What it is like to not be involved in risk management, care planning or significant decisions in mental health care

“When assessments, decisions and plans are made without my presence, let alone my input, it isn’t a cause of annoyance or anger but instead the source of complicated hurt, distress, mistrust, hopelessness and destruction of the self.”

From the thedoodlechroniclesblog:

“Recently, the manager of my local crisis team was invited to talk to post graduate nurses working in mental health and A&E about service user involvement in care planning/risk assessments and suicide prevention. She asked if she could use my case as an example both of how badly things can go wrong in this area and how much improvement there can be with service user involvement. With my permission, my case was used throughout to give examples to back up the theory but she also asked if I would be willing to provide a statement that she could end on so that attendees could hear it directly from me – the following is what I came up with; the Crisis Team Manager said that it was met with stunned silence and had quite the impact, so I thought it was worth me sharing here in the hopes that it might help professionals and service users alike. If it can make a difference to even one other person it will have been worth me going through this all.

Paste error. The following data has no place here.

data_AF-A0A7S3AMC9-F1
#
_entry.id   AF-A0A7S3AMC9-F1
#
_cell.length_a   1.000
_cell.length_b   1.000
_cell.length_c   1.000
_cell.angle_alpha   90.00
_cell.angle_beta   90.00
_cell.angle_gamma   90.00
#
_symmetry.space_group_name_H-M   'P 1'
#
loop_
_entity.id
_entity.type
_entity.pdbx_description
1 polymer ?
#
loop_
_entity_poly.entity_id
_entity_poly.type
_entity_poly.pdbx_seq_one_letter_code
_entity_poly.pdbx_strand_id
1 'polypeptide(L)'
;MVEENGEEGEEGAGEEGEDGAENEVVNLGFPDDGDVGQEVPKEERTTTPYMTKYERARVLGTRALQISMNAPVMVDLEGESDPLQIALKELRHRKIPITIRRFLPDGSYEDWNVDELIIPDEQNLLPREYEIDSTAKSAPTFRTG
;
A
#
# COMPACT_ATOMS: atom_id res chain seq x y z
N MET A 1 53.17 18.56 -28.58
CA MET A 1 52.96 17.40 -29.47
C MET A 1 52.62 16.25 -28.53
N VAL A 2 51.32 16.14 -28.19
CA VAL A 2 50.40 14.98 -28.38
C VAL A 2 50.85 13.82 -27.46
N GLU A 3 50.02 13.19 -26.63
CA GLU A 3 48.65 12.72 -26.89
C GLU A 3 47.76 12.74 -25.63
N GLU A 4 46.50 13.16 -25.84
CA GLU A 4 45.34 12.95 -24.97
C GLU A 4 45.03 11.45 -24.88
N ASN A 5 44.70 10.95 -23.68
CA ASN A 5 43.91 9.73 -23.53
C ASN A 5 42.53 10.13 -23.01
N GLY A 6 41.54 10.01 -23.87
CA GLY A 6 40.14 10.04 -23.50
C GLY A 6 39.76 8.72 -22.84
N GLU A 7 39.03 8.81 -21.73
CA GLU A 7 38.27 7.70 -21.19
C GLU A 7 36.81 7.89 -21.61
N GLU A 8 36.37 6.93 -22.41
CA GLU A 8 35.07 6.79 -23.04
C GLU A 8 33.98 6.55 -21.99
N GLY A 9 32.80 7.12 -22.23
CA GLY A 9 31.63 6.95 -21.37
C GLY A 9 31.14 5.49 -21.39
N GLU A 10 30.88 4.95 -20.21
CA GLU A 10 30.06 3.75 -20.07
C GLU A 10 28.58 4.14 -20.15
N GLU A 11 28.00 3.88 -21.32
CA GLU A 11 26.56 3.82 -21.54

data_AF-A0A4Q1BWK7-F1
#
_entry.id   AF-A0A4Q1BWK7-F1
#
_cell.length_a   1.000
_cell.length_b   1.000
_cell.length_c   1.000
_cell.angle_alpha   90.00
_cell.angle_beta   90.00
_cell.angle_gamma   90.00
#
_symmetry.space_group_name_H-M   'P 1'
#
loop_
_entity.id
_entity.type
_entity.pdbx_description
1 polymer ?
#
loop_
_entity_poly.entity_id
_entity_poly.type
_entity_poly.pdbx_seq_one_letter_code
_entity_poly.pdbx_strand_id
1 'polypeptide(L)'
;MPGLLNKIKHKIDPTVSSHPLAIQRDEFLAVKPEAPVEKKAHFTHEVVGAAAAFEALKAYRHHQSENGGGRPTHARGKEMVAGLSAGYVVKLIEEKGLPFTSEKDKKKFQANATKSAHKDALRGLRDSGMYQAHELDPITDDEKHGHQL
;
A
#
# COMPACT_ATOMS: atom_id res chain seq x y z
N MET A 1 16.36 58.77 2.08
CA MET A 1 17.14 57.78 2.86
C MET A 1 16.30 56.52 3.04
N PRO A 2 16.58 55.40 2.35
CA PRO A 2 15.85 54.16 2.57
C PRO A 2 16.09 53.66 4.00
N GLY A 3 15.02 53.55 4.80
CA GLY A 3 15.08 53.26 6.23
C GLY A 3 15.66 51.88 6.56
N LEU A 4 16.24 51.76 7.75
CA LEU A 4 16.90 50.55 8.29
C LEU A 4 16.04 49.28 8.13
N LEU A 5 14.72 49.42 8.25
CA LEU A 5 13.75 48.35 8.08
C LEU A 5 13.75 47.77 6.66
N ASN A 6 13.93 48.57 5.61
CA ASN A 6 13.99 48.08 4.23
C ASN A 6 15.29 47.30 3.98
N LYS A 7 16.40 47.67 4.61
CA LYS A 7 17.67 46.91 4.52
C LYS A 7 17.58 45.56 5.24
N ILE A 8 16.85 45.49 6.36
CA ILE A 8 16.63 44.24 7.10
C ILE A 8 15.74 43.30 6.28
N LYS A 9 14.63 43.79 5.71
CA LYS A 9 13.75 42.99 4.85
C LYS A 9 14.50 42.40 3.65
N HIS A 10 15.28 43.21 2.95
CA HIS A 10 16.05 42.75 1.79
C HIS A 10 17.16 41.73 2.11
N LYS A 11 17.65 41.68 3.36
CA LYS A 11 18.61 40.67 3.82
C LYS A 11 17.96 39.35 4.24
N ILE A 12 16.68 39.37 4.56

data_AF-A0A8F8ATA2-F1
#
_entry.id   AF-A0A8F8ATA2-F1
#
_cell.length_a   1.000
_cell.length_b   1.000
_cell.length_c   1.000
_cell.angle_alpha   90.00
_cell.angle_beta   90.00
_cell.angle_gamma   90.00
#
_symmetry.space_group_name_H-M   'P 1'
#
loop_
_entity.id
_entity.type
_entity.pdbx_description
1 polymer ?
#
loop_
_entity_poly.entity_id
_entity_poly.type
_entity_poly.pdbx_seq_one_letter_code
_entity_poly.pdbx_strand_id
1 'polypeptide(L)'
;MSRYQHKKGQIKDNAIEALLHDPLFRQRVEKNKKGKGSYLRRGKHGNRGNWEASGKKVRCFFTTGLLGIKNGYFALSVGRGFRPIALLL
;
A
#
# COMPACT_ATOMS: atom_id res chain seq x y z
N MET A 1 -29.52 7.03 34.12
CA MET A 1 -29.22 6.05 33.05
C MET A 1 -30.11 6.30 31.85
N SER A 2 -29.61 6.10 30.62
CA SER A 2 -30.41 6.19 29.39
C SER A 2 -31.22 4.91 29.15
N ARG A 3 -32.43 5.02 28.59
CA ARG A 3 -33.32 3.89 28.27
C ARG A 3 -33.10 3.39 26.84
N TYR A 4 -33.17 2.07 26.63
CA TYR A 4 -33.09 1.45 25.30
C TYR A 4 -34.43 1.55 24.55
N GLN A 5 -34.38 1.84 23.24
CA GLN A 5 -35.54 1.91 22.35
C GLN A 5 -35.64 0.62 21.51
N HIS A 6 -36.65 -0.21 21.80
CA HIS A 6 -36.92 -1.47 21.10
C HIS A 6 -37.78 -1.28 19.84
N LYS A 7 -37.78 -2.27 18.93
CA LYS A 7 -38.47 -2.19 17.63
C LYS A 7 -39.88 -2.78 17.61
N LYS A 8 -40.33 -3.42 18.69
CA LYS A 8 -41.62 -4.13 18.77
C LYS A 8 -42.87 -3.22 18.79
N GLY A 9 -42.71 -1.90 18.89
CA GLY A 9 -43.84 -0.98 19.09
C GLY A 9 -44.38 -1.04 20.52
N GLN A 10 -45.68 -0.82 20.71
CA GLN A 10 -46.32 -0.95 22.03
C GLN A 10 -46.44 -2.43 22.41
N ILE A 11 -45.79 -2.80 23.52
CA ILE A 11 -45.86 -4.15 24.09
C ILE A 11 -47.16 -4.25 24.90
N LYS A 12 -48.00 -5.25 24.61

Please be warned that it does directly mention suicide, including attempts and methods …”

You can read more (and/or listen to an audio version) from here.

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